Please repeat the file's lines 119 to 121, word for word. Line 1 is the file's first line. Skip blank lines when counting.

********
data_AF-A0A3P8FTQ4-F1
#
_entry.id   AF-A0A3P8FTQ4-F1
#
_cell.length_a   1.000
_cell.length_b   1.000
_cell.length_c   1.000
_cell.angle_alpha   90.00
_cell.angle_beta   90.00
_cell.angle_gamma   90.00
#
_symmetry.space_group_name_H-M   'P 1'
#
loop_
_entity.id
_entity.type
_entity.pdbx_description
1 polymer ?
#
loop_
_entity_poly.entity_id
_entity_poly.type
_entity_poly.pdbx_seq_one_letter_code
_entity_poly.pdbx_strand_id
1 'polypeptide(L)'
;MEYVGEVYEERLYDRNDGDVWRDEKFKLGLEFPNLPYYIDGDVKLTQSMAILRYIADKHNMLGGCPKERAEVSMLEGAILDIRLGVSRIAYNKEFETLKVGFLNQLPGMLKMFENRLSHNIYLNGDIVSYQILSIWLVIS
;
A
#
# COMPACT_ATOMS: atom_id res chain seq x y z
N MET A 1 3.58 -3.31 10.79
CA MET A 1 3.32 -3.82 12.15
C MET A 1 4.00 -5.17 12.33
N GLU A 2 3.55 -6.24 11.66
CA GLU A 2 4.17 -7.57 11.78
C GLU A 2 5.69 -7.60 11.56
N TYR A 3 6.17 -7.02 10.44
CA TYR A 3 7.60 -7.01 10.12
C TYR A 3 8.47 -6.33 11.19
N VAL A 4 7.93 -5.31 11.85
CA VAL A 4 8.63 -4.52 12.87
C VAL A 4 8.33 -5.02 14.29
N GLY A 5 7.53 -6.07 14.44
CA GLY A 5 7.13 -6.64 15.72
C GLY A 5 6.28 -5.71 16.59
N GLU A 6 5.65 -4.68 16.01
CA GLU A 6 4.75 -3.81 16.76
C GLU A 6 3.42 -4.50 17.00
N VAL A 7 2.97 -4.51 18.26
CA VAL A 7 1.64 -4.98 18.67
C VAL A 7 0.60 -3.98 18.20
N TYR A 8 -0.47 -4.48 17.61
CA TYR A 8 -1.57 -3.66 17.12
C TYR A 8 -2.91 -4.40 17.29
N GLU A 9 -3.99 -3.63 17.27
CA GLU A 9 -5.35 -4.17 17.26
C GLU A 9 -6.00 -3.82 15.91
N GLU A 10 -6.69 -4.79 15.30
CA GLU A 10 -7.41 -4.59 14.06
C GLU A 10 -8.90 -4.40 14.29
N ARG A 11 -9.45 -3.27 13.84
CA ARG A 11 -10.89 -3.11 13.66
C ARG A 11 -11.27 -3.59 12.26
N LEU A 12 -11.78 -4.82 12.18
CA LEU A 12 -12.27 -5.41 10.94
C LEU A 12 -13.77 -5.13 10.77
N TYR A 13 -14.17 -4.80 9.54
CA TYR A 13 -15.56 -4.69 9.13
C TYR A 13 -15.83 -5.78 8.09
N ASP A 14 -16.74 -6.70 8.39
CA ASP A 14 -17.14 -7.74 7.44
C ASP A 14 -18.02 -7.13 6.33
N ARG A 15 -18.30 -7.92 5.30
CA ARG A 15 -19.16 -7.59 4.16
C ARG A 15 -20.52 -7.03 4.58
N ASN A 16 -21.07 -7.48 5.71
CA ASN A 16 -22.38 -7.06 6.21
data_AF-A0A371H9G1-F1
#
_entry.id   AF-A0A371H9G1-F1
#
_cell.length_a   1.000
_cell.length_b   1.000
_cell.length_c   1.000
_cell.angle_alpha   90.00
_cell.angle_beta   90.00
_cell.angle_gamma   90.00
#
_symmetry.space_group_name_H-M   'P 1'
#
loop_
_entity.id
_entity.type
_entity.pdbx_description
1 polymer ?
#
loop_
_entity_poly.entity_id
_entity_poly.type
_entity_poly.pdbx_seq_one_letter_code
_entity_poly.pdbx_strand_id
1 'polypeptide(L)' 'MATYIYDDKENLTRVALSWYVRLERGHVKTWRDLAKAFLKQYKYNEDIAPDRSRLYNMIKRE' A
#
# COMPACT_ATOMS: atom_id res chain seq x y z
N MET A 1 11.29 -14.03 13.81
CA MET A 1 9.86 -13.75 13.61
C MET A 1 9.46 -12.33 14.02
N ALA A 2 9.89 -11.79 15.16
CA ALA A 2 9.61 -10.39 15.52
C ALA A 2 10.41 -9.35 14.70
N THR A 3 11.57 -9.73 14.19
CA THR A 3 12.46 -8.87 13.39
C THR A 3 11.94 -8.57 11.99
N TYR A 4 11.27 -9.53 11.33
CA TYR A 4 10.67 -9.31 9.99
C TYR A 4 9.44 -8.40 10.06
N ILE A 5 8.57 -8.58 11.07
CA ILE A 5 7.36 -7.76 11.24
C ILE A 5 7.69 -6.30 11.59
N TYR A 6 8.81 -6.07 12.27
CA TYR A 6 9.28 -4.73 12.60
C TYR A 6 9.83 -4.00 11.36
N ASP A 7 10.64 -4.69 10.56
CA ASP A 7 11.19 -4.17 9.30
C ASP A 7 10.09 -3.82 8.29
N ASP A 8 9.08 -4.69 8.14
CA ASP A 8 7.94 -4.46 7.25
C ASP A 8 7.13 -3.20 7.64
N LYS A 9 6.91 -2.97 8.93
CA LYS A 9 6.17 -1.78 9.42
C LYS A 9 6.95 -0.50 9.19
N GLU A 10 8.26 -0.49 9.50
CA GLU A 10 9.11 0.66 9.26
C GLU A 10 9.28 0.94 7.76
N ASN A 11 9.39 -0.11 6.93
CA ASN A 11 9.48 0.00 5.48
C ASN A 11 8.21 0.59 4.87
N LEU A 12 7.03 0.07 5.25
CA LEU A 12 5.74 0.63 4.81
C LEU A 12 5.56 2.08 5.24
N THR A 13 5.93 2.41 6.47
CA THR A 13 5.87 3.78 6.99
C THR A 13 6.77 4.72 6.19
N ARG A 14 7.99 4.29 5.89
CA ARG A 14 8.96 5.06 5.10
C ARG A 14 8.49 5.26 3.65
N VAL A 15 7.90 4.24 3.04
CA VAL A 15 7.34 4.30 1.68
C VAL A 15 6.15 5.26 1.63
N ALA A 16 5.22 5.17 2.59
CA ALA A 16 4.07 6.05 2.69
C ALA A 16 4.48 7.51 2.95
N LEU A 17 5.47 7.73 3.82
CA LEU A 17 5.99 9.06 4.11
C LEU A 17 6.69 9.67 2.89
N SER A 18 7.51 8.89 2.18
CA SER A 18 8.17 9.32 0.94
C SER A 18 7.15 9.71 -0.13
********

C ILE A 5 7.69 -6.30 11.59
N TYR A 6 8.81 -6.07 12.27
CA TYR A 6 9.28 -4.73 12.60